How do you choose your next career?

Have you ever thought, “I know my strengths and skills. I know what I love. But how does that translate to a job or career that will support me?” Maybe you’re asking that question right now.

When you are going through a career transition, it can often seem like you’re working on a puzzle with lots of pieces. Only you don’t have the box lid with the picture on it. And for fun someone mixed in some pieces to another puzzle that don’t belong. Your job is to sort it out, find the right pieces, and put it all together. While that can be fun if you’re a puzzle person, it can also feel very frustrating when it’s your life and career. And you can feel stuck.

I have felt that way, when I was making my own career transition, moving from one career that no longer suited me, and figuring out what career fit me now. I felt the pressure of needing to get it right, so I could be earning income again. I see my clients experience this feeling as they begin the journey of transition. It’s part of the process.

My mother describes it as the time where you can’t see the forest for the trees. I find this to be a helpful analogy, because in the forest, you have a path to follow. You may not know where it leads, but there’s a path. And you can keep moving. Keep taking steps.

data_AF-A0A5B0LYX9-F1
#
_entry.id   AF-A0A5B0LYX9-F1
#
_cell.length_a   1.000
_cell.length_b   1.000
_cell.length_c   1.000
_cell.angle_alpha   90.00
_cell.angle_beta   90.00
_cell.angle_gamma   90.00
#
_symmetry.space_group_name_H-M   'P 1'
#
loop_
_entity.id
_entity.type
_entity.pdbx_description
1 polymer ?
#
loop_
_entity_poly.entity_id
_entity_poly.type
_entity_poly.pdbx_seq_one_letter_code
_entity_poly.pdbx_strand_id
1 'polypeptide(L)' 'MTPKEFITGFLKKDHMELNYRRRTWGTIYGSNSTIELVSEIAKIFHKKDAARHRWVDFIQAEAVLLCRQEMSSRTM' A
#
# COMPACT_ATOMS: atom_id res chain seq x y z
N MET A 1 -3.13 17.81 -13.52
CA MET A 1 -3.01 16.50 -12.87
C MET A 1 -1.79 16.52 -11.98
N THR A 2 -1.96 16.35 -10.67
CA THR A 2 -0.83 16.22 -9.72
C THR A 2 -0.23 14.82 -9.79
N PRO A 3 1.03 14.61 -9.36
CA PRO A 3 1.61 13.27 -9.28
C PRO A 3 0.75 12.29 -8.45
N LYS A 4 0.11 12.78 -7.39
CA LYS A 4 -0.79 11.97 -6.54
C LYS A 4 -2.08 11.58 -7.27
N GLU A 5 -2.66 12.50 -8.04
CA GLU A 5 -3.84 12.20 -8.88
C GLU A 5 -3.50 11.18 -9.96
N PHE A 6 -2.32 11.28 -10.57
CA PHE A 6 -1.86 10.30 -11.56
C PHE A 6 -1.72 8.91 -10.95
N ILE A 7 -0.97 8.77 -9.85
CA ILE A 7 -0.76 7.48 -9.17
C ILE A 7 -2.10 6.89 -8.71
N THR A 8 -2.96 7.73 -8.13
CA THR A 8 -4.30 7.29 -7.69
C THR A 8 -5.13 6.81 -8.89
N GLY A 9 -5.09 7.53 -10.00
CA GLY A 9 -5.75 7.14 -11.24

So what are the steps you need to take to make a choice? Once you know your strengths, skills, and are clear on what you love to do, what next? There are 3 steps to take next to make the right choice. These steps take time and effort. But they will lead you out of the forest.

1. Brainstorm all the ideas for jobs and careers you’d love. Enlist the support of friends and family, and ask what they think. Then make a list. If you get stuck for ideas, www.onetonline.org is a great free resource to help. The key here is to stay open to possibilities. Now is not the time to rule things out. Now is the time for ideas and dreams.

2. Once you have a list, you need to research the jobs to find out what they are really like. This is where you want to do some informational interviews to find out. Ask your friends and family; ask your network; find out if they know someone who has the job you want to research.

3. At this point, you will have updated your list. You will have removed jobs that aren’t as great as you thought. And you may have learned about some new ones. So now you can do some research regarding what the jobs pay and what education is required. That will eliminate more items on your list. A few resources for this are www.onetonline.org and www.indeed.com/salary. Another resource to learn about what it really takes to transition to a specific career is www.fabjobs.com.

After doing this work, you will likely have a short list. And you will be ready to choose what you want to do next, what the best fit is for you now. Your puzzle will be largely completed. And you will be ready to move on to the very practical stage of creating a plan to get there from here.